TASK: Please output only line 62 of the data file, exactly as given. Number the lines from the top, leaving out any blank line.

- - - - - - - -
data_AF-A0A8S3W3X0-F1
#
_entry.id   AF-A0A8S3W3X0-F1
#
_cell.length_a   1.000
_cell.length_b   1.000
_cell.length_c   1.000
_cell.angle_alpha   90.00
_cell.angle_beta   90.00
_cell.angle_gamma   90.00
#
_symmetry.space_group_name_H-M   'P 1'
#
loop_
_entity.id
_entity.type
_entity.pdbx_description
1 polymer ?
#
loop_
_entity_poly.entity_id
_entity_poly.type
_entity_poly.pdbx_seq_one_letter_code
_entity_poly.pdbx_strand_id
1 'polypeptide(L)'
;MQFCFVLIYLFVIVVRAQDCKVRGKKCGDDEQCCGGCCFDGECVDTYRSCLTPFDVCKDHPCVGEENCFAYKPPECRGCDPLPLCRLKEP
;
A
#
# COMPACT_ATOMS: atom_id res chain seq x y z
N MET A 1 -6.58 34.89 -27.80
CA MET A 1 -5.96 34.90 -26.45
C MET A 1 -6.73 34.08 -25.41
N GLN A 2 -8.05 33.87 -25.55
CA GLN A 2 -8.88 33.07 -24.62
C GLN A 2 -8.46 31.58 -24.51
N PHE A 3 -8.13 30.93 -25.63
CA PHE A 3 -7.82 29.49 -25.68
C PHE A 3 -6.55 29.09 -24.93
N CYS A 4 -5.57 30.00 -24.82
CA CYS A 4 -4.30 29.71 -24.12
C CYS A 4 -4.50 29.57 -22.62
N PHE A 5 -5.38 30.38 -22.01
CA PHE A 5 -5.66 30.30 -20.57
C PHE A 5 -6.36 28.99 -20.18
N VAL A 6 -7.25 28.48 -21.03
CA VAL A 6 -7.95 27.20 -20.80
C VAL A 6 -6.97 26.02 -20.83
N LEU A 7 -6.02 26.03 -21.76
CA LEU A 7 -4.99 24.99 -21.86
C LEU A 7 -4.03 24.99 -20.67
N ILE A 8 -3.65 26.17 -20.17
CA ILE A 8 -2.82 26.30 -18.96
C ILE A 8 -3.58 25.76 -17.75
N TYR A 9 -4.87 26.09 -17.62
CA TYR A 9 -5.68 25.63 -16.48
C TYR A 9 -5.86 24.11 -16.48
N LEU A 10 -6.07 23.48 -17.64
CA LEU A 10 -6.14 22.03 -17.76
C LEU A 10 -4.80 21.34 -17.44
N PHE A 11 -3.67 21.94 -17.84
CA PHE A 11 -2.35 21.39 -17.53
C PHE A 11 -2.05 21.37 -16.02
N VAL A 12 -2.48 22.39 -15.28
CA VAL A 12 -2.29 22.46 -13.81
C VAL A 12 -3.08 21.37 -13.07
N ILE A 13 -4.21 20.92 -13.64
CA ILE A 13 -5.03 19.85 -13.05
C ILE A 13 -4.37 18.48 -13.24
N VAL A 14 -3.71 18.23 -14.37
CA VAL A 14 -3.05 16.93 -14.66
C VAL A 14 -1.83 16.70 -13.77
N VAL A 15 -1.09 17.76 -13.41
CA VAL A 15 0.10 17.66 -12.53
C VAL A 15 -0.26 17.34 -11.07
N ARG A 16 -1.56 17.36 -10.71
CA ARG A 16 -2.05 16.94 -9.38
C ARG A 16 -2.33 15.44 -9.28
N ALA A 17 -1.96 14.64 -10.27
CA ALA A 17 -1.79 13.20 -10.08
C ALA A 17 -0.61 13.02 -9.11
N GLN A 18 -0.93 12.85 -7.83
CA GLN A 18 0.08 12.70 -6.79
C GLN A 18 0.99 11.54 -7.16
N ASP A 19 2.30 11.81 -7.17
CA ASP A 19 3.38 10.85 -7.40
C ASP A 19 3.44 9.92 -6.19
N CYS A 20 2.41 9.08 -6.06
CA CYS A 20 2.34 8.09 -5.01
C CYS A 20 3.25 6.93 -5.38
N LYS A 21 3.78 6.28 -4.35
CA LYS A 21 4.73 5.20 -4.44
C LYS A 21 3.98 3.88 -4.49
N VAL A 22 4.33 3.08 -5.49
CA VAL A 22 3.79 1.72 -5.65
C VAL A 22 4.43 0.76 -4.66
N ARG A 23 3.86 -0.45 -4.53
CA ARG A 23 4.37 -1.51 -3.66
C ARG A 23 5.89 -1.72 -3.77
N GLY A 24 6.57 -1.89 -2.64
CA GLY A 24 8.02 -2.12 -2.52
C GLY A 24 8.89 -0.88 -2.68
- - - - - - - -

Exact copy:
CA PHE A 11 -2.35 21.39 -17.53